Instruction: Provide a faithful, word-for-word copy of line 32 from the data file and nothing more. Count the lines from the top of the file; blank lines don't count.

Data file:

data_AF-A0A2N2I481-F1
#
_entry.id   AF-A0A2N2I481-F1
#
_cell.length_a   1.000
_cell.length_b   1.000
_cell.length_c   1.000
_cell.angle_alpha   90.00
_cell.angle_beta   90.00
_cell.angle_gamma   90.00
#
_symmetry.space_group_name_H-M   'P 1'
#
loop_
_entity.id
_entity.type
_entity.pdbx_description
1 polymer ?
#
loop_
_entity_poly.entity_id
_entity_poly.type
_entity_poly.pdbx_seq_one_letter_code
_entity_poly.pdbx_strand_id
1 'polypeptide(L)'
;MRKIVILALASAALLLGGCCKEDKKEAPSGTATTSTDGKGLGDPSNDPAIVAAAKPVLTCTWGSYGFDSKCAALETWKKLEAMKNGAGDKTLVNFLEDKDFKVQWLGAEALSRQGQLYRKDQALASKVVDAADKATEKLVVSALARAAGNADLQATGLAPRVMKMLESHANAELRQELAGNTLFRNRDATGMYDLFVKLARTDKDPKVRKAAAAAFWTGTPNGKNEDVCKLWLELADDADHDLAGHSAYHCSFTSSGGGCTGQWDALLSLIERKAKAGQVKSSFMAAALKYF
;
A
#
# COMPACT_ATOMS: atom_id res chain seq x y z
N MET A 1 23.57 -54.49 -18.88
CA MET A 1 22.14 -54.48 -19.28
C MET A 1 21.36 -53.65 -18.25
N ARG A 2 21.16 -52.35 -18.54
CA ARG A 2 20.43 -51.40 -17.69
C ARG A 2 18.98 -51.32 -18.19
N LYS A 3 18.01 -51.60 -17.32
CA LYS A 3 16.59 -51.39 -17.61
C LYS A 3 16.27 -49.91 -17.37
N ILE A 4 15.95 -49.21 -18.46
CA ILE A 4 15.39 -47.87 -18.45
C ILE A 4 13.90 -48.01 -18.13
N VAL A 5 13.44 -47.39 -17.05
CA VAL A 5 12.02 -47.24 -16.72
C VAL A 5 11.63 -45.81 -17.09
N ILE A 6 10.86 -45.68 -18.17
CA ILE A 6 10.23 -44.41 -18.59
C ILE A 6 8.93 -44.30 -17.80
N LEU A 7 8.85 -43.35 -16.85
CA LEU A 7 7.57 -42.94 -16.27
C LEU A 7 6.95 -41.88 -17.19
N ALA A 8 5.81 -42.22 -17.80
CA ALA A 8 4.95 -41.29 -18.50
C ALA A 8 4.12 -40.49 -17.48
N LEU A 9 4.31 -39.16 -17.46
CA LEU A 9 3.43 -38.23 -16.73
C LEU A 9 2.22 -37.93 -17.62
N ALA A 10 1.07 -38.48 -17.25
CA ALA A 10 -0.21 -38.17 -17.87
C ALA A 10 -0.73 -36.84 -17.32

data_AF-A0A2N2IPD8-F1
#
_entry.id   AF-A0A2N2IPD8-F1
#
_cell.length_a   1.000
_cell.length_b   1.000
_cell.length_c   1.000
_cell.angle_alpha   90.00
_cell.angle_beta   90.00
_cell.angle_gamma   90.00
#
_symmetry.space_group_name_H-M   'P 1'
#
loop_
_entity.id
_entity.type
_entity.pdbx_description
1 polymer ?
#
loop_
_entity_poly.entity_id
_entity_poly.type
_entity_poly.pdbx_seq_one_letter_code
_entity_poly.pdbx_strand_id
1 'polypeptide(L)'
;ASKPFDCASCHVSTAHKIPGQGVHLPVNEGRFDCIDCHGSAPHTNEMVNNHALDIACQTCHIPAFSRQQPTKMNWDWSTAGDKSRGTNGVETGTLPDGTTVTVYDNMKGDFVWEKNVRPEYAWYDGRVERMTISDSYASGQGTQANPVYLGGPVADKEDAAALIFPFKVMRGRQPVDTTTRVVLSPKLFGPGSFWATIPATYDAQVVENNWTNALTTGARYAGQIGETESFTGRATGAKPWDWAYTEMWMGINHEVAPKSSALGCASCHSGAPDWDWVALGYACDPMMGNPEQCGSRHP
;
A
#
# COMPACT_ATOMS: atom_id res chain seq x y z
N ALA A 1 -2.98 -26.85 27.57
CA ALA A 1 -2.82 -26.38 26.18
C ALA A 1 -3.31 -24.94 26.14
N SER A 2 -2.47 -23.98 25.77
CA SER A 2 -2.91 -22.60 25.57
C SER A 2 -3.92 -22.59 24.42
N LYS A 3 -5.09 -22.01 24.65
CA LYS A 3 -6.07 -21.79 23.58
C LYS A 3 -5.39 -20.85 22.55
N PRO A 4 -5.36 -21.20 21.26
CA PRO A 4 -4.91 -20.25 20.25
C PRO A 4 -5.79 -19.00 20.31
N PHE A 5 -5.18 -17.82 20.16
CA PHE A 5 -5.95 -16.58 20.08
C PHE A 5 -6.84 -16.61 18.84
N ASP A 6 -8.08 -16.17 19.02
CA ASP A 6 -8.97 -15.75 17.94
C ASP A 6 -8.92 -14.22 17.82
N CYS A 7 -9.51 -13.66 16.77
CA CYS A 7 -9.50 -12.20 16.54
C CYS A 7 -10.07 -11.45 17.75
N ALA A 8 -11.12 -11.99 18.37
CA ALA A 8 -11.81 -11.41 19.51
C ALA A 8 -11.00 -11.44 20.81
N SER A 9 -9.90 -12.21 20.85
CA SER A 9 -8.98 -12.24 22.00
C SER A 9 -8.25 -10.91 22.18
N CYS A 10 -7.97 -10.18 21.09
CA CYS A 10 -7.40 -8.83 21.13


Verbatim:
CA MET A 1 22.14 -54.48 -19.28